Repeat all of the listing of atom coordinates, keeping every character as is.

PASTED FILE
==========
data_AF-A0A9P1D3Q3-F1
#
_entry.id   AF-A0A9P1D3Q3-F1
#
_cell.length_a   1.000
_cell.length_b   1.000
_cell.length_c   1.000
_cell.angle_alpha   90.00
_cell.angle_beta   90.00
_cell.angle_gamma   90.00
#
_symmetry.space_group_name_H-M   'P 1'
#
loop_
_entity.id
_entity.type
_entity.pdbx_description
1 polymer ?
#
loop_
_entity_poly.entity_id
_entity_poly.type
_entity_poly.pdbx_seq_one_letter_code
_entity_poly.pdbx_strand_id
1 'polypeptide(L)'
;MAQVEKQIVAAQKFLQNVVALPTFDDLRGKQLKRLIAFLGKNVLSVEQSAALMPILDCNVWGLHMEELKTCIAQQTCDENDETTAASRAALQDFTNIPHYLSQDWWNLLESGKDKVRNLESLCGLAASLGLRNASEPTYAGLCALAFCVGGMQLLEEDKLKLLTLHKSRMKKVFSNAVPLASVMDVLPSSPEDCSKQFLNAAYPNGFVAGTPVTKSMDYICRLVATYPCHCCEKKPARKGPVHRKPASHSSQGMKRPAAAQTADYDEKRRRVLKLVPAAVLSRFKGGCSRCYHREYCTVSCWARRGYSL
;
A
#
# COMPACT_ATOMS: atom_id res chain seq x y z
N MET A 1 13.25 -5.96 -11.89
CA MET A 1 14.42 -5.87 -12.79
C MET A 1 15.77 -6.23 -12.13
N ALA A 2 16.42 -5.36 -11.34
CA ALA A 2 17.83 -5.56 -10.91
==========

data_AF-A0A9P1D3Q3-F1
#
_entry.id   AF-A0A9P1D3Q3-F1
#
_cell.length_a   1.000
_cell.length_b   1.000
_cell.length_c   1.000
_cell.angle_alpha   90.00
_cell.angle_beta   90.00
_cell.angle_gamma   90.00
#
_symmetry.space_group_name_H-M   'P 1'
#
loop_
_entity.id
_entity.type
_entity.pdbx_description
1 polymer ?
#
loop_
_entity_poly.entity_id
_entity_poly.type
_entity_poly.pdbx_seq_one_letter_code
_entity_poly.pdbx_strand_id
1 'polypeptide(L)'
;MAQVEKQIVAAQKFLQNVVALPTFDDLRGKQLKRLIAFLGKNVLSVEQSAALMPILDCNVWGLHMEELKTCIAQQTCDENDETTAASRAALQDFTNIPHYLSQDWWNLLESGKDKVRNLESLCGLAASLGLRNASEPTYAGLCALAFCVGGMQLLEEDKLKLLTLHKSRMKKVFSNAVPLASVMDVLPSSPEDCSKQFLNAAYPNGFVAGTPVTKSMDYICRLVATYPCHCCEKKPARKGPVHRKPASHSSQGMKRPAAAQTADYDEKRRRVLKLVPAAVLSRFKGGCSRCYHREYCTVSCWARRGYSL
;
A
#
# COMPACT_ATOMS: atom_id res chain seq x y z
N MET A 1 13.25 -5.96 -11.89
CA MET A 1 14.42 -5.87 -12.79
C MET A 1 15.77 -6.23 -12.13
N ALA A 2 16.42 -5.36 -11.34
CA ALA A 2 17.83 -5.56 -10.91